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Towneley Hall

Towneley Park is a beautiful location. Locals refer to it as the jewel in Burnley’s crown. On a sunny and ever so slightly chilly Saturday morning, it didn’t disappoint. I parked up and as my husband recommended, just followed the crowd of runners. I had that nervous feeling in my tummy walking up the ‘avenue’ to Towneley Hall. Initially it seems as though everyone looks like an A grade, Olympic standard athlete. Whilst there were some very lean and fit people there, on looking around a bit I saw a few more runners like myself – slightly shabby running gear (you know the cheap stuff from Sports Direct) and maybe carrying a bit of extra weight around the middle!

There were a couple of announcements before the race got underway. Because the course route has recently changed, one person gave a quick explanation to us newbies and anyone who hadn’t run it before. The person in charge (or the one with the megaphone at least!) then announced the pace runners. These were 6 volunteer runners with bright yellow tabards and numbers on the back, representing the time they were going to complete the course in – 20, 22, 24, 26, 28 and 30 minutes. I completely ignored everyone except the 30 minute pace runner – there was no way I was getting anywhere near the others.

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At the start. My slightly nervous smile!

Before I knew it, the sound went to signal the start of the race. And we were off! I kept to the back and just settled down to follow everyone. I am not a fast runner by any stretch of the imagination. I can sprint, but only for about 20 metres maximum. I would call myself a plodder. I am the person you might drive past on the road and feel a bit sorry for, thinking I have been running for an hour (when in fact it has been 10 minutes). Anyway I decided not to go hell for leather and instead settled into my ploddy pace.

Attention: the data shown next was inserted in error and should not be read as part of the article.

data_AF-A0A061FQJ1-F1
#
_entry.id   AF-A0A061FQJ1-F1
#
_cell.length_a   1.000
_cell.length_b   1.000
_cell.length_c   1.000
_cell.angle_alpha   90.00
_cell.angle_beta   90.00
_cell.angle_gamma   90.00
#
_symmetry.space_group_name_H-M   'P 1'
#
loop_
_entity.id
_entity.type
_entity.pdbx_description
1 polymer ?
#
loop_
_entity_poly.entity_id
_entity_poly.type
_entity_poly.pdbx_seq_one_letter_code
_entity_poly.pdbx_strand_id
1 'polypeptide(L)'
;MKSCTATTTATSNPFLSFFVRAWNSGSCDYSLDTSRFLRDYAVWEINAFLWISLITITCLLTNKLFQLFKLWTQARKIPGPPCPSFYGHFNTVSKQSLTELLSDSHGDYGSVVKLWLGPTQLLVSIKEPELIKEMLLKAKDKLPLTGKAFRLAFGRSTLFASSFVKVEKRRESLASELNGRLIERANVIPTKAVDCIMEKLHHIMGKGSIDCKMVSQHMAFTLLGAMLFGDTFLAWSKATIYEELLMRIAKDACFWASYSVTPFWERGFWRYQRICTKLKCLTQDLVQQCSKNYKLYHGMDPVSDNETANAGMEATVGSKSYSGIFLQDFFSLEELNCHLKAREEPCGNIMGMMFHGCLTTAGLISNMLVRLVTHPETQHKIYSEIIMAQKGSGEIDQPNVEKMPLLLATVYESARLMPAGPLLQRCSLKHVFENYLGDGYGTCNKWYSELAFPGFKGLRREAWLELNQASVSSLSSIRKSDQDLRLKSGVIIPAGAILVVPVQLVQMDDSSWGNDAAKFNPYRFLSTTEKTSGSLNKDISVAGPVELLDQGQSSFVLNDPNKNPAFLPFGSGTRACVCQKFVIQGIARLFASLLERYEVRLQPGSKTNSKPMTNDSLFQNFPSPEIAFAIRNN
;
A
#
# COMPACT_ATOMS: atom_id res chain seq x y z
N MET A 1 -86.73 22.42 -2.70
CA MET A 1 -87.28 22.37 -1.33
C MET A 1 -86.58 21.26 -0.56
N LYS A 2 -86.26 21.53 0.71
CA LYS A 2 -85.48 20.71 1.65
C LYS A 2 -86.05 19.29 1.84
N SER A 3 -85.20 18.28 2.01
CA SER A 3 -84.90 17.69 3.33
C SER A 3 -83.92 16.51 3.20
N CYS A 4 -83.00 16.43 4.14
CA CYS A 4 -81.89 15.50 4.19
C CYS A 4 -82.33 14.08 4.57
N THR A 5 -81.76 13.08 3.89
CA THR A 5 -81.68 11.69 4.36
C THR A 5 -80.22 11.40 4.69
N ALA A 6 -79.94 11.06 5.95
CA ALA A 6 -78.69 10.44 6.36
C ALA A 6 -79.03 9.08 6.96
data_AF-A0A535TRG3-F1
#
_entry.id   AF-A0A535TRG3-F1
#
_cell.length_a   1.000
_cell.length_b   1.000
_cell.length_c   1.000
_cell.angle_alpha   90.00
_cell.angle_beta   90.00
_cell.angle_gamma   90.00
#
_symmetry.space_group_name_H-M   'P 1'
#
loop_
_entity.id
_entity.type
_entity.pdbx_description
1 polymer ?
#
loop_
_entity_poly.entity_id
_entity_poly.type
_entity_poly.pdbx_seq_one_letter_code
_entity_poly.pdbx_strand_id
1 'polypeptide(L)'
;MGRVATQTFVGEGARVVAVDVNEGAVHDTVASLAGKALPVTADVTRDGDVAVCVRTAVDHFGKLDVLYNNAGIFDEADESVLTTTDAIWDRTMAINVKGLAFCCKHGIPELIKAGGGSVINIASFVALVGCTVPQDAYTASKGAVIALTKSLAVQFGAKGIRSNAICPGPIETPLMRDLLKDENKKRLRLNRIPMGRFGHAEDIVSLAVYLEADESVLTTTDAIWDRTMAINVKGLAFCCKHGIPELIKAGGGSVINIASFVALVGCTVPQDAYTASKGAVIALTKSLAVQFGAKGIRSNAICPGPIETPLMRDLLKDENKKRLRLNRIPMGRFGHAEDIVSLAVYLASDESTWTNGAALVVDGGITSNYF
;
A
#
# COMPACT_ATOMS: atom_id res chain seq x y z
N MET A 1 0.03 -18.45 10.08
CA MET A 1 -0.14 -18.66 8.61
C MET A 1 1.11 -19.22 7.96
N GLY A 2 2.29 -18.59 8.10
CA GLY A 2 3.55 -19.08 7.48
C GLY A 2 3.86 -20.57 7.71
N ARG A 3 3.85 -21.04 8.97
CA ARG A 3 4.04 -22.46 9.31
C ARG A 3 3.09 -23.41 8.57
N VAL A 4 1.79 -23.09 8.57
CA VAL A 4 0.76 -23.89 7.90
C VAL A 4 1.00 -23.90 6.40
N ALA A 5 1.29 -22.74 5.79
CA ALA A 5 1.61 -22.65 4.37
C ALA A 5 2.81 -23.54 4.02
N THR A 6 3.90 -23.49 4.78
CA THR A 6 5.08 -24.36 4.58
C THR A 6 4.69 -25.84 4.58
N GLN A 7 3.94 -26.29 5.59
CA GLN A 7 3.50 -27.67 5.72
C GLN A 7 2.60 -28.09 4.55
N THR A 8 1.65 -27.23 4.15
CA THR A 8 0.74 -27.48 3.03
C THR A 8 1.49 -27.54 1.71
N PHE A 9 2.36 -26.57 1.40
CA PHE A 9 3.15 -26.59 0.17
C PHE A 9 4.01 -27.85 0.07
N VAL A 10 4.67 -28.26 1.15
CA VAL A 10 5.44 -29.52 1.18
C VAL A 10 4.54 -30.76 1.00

The race is about 2 ½ loops of the same route. This means that approximately 7 minutes in, the slower runners (like me) start to see the much faster runners on their way back towards us, already having doubled the distance we have run. It could be slightly demoralising. However I pretended they were just super-humans and ‘normal’ me put my head down and plodded on.

I won’t bore you with every inch of the race. Suffice it to say that I finished. Not in the most spectacular time, but I finished all the same. And I was happy. Happy to get off the mark and get my first parkrun under my belt. I received my timing chip and handed my barcode (in all its laminated glory) to be scanned. I knew it wouldn’t be till later on that day that I would find out my time and position in the race.

As I was walking to the car park, I bumped into my old primary school teacher. He was always one of my favourite teachers and actually encouraged me to run at the age of 8. I reminded him that he would take a group of us cross country running in the dead of winter in the pouring rain. We gave up our lunchtimes willingly and voluntarily! I felt slightly embarrassed when on discussing the race he told me he had completed it in around 24 minutes. The guy is almost twice my age! I knew that I was a good 7 or 8 minutes behind that.

A couple of hours later I received a text message. My time was 31 minutes and 32 seconds. Not bad I guess for a first effort. My aim was around 30 minutes, so I wasn’t too far behind. I now I can focus on beating that in races to come. As well as the text, there is a webpage with all the day’s statistics. You can see how many took part (254), your position (176th), the winner (not me) and their time (17 minutes 12 seconds!!!!). I could also see that there were 100 women who took part and I was 52nd (hmm not bad). You can also see every other runner’s statistics if you are bored and want to look at that level of detail (I did …. Just for a nosey and research purposes obviously!).

So that was it, my first parkrun complete. I am hoping, childcare permitting, to do many more. Actually, if I had one of those fancy off-road buggies, I could take Baby Rainbow Jude with me, but I don’t. Children are welcome too. I know someone who takes her 7 year old (and he gets a better time than me), but under 11’s have to be under adult supervision at all times. Maybe I’ll wait until Dylan is a bit older, and in the meantime concentrate on smashing the 30 minute barrier!